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GRANT NUMBER:  NA67FD0036           NMFS NUMBER:  95-SER-044

REPORT TITLE:  Technology Development for Commercial Production of Native Bait Shrimp in the U.S.

AUTHOR:  Dr. Tzachi M. Samocha

PUBLISH DATE:  March 12, 1999

AVAILABLE FROM:  National Marine Fisheries Service, Southeast Region, 9721 Executive Center Drive, St. Petersburg, Florida 33702-2432.   TELEPHONE:  (727) 570-5324

ABSTRACT

Various data were obtained through three years of research on production and marketing of three live bait shrimp:  Litopenaeus setiferus (the Atlantic white shrimp), Farfantepenaeus duorarum (pink shrimp), and F. aztecus (brown shrimp).  Although postlarvae (PL) availability and viral disease outbreaks were major obstacles in most studies, several following conclusions can be made.  A dependable source for native species postlarvae is needed to develop the farm-raised live bait shrimp industry.  Production technologies developed for Litopenaeus vannamei can be used successfully for the culture of live bait white shrimp in race ways and ponds.   Bait-size shrimp can be raised in 64 days from 10-day-old postlarva (PL10).   Live bait white shrimp can be produced in raceways at high density (560PL/m2) with excellent survival (>94%) and yield (3.27kg/m2).  Good growth and survival can be expected when this shrimp was fed a commercially available diet with 45% protein diet (Rangen, Inc., Buhl, ID) or an experimental diet with 20% protein level. Induced maturation, spawning and postlarvae production of pink shrimp are feasible.  More research is needed to evaluate the growth performance of this species under high densities and in outdoor ponds for live bait production.  Wild gravid females of brown shrimp can be used to produce viral pathogen-free postlarvae with good survival.  Further research is needed to determine the feasibility of using this species for the production of live bait under high densities.  Any research with wild shrimp populations will have to ensure that these populations are not infected with virulent viruses.  Supply of wild live bait shrimp in the Gulf Coast States cannot meet demand for great part of the year.  Live bait dealers will be willing to pay higher prices for farm- raised live bait shrimp if quality and supply can be secured.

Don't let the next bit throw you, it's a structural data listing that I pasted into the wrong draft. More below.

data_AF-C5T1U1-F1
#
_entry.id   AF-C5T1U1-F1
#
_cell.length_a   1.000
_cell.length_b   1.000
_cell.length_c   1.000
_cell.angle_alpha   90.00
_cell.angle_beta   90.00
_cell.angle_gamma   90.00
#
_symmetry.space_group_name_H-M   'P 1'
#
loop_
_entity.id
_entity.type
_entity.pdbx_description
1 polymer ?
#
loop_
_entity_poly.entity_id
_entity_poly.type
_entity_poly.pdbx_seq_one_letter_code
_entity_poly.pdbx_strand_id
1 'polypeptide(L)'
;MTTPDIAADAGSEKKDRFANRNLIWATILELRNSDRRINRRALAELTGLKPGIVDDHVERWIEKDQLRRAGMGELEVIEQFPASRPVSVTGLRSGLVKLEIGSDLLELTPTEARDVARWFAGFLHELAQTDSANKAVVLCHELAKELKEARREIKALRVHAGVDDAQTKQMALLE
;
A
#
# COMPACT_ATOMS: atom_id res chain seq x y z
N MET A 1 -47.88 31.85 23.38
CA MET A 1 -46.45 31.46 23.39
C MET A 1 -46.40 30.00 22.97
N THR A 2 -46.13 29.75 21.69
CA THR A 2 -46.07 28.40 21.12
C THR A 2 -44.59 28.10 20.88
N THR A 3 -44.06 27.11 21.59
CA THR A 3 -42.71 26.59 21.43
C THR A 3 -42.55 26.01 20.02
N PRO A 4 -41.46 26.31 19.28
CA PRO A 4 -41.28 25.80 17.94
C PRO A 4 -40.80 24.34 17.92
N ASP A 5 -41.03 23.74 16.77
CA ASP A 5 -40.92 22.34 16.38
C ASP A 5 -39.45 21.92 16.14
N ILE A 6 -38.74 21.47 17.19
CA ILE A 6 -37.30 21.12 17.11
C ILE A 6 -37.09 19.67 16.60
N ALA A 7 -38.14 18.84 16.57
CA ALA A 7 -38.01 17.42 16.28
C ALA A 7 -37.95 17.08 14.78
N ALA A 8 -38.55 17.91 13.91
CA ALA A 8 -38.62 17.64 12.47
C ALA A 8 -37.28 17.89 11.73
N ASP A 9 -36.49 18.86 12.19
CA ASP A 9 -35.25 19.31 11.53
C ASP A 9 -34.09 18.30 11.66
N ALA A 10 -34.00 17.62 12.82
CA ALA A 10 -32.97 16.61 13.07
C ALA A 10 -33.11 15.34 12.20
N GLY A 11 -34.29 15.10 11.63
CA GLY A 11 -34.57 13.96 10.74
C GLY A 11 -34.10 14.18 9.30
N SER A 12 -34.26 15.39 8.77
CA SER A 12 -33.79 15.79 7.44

Induced spawning and postlarvae production technology for pink shrimp was transferred by the P.I. to Personnel of the Crystal River Mariculture Center (CRMC), Crystal River, Florida.  Live bait shrimp production technology was transferred to Harbor Branch Oceanogrphic Institute in Florida and to a private producer in Texas.  Currently the private Texan company is continuing her efforts to develop this new industry with help from the Texas Agricultural Research Station (TAES).  Private producers in Florida, South Carolina and Alabama are considering going into live bait shrimp production.   Revenue generated from live bait sells was use to improve the research capability of the TAES facility in Corpus Christi.  Eight graduate students from Texas A&M University-Corpus Christi, Corpus Christi, Texas, were involved in research associated with the production and marketing of farm-raised live bait shrimp.  Four of these students have submitted their research papers and graduated, with another two expected to graduate within a year.  One paper dealing with the marketing aspect was submitted for publication in a peer-reviewed journal, and results form the three years of studies were presented in 10 national and international professional societies meetings.

 
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